Background: The 2014-2015 Ebola epidemic in West Africa was the largest ever to occur. In the early phases, little was known about public knowledge, attitudes and practices (KAP) relating to Ebola virus disease (Ebola). Data were needed to develop evidence-driven strategies to address gaps in knowledge and practice.
Methods: In August 2014, we conducted interviews with 1413 randomly selected respondents from 9 out of 14 districts in Sierra Leone using multistage cluster sampling. Where suitable, Ebola-related KAP questions were adapted from other internationally validated questionnaires related to infectious diseases.
Results: All respondents were aware of Ebola. When asked unprompted, 60% of respondents could correctly cite fever, diarrhoea and vomiting as signs/symptoms of Ebola. A majority of respondents knew that avoiding infected blood and bodily fluids (87%) and contact with an infected corpse (85%) could prevent Ebola. However, there were also widespread misconceptions such as the belief that Ebola can be prevented by washing with salt and hot water (41%). Almost everyone interviewed (95%) expressed at least one discriminatory attitude towards Ebola survivors. Unprompted, self-reported actions taken to avoid Ebola infection included handwashing with soap (66%) and avoiding physical contact with patients with suspected Ebola (40%).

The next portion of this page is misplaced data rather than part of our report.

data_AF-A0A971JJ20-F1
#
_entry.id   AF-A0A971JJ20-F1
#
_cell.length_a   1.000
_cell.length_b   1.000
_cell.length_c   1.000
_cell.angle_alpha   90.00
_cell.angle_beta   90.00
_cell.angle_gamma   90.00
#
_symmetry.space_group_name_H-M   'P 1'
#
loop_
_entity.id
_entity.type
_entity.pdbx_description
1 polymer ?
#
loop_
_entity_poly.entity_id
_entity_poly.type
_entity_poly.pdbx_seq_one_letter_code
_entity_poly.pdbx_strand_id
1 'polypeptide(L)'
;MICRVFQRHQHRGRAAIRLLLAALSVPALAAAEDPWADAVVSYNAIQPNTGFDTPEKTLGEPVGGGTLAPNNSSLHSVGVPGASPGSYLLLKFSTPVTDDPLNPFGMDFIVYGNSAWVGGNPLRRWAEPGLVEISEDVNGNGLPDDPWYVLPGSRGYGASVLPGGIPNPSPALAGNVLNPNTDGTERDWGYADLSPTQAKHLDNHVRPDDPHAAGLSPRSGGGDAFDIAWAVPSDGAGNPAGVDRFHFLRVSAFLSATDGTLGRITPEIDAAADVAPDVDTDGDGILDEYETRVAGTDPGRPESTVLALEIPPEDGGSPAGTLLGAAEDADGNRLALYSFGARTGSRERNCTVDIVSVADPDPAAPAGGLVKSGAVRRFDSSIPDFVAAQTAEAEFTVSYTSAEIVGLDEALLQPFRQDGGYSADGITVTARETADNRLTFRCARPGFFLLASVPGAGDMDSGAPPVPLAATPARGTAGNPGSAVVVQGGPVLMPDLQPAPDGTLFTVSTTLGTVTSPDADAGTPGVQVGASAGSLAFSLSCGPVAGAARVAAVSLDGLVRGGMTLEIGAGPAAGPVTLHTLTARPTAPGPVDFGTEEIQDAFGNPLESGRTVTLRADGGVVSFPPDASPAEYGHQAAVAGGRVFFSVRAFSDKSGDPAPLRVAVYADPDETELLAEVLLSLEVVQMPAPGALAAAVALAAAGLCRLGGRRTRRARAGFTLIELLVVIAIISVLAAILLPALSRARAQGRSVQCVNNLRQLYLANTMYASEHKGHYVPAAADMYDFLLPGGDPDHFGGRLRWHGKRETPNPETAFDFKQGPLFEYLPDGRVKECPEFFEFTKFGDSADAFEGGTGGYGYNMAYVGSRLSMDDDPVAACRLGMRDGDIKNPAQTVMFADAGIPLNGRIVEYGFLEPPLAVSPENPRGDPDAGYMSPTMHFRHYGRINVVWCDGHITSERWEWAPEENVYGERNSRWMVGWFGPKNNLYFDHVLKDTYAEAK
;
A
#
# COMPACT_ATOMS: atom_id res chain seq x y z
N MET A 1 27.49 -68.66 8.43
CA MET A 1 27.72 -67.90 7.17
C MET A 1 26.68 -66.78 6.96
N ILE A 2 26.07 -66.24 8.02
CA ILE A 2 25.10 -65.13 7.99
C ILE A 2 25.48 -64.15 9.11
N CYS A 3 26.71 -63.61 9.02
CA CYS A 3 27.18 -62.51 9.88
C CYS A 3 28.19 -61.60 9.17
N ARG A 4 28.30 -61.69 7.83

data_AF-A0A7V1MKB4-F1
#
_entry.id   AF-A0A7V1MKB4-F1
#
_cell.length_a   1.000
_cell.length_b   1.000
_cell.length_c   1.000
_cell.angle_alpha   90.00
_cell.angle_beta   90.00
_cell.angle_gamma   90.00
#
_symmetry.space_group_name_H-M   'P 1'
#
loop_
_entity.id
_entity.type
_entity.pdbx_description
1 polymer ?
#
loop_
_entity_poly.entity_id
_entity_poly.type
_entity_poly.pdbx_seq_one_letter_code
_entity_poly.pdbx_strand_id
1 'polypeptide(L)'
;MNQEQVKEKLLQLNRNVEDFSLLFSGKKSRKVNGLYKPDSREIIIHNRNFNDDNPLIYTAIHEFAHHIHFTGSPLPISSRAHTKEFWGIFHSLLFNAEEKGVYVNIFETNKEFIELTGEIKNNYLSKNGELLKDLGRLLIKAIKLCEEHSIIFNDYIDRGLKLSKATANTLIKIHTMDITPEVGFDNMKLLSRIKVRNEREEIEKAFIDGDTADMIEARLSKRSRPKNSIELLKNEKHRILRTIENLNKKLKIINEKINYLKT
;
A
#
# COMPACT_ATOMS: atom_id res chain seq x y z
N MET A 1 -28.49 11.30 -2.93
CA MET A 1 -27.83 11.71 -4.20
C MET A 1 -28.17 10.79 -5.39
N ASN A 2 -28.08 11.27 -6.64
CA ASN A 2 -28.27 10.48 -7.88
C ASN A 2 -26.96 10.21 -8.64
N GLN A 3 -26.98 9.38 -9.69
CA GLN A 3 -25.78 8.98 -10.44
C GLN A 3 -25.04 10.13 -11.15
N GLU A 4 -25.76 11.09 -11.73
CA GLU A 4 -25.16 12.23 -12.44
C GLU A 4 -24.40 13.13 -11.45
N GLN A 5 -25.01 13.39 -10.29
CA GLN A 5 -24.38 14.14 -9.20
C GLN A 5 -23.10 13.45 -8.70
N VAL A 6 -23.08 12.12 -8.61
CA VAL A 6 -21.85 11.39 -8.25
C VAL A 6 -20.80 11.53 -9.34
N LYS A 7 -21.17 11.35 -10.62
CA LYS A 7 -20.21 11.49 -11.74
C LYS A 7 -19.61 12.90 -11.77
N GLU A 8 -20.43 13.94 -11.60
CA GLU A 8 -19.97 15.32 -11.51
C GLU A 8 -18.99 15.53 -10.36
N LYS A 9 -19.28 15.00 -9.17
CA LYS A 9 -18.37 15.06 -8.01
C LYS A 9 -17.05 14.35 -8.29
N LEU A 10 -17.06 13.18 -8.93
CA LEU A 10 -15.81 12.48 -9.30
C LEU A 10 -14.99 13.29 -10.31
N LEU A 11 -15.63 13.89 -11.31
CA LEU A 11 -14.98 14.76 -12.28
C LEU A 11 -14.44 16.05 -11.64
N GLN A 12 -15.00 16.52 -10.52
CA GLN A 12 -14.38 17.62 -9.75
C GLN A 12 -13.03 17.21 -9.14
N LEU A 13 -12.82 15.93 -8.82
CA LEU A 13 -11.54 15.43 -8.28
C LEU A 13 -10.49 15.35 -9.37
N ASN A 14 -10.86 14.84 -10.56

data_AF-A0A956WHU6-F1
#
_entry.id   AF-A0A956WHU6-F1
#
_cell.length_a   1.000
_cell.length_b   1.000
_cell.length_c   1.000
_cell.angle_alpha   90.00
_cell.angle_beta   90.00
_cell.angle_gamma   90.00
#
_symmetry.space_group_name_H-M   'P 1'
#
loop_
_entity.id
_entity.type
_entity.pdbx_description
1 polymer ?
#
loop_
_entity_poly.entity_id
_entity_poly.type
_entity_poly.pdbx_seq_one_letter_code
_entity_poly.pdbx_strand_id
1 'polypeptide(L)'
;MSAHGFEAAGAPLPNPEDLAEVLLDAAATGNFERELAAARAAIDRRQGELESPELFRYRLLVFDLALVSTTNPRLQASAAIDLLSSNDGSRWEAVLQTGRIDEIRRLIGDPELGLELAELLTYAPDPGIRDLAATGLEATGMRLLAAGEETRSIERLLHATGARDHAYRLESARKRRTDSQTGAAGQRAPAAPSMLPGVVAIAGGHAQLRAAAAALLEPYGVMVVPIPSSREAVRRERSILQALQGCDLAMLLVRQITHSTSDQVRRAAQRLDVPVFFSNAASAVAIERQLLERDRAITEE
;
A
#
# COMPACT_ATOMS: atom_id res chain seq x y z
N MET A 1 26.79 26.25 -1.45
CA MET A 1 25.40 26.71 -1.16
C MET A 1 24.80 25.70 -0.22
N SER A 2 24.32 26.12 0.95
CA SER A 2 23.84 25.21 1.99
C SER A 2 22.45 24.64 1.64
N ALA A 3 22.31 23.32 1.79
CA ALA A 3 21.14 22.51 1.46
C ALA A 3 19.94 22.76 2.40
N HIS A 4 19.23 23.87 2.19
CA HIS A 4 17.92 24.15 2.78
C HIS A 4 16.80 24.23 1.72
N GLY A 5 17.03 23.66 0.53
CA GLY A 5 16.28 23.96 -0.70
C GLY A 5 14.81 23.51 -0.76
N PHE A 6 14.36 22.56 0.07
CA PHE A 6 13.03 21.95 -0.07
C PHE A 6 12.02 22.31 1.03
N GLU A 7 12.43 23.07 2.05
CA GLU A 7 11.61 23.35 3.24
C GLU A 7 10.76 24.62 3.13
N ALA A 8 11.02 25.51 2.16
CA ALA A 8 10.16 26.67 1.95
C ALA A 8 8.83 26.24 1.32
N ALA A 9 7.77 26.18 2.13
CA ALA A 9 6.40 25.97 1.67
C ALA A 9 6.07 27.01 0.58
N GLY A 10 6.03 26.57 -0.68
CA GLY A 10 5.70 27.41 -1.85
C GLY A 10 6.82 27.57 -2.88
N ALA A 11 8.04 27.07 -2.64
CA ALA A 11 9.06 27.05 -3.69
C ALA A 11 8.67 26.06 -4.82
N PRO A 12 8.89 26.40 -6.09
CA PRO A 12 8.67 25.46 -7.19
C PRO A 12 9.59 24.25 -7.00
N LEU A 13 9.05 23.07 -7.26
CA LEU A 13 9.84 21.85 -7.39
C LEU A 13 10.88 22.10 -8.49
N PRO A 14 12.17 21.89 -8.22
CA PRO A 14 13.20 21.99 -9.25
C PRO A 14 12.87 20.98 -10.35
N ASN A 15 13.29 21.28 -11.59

Conclusion: Three months into the 2014 Ebola outbreak in Sierra Leone, our findings suggest there was high awareness of the disease but misconceptions and discriminatory attitudes toward survivors remained common. These findings directly informed the development of a national social mobilisation strategy and demonstrated the importance of KAP assessment early in an epidemic.
Keywords: KAP; Sierra Leone; attitude; ebola; knowledge; practice.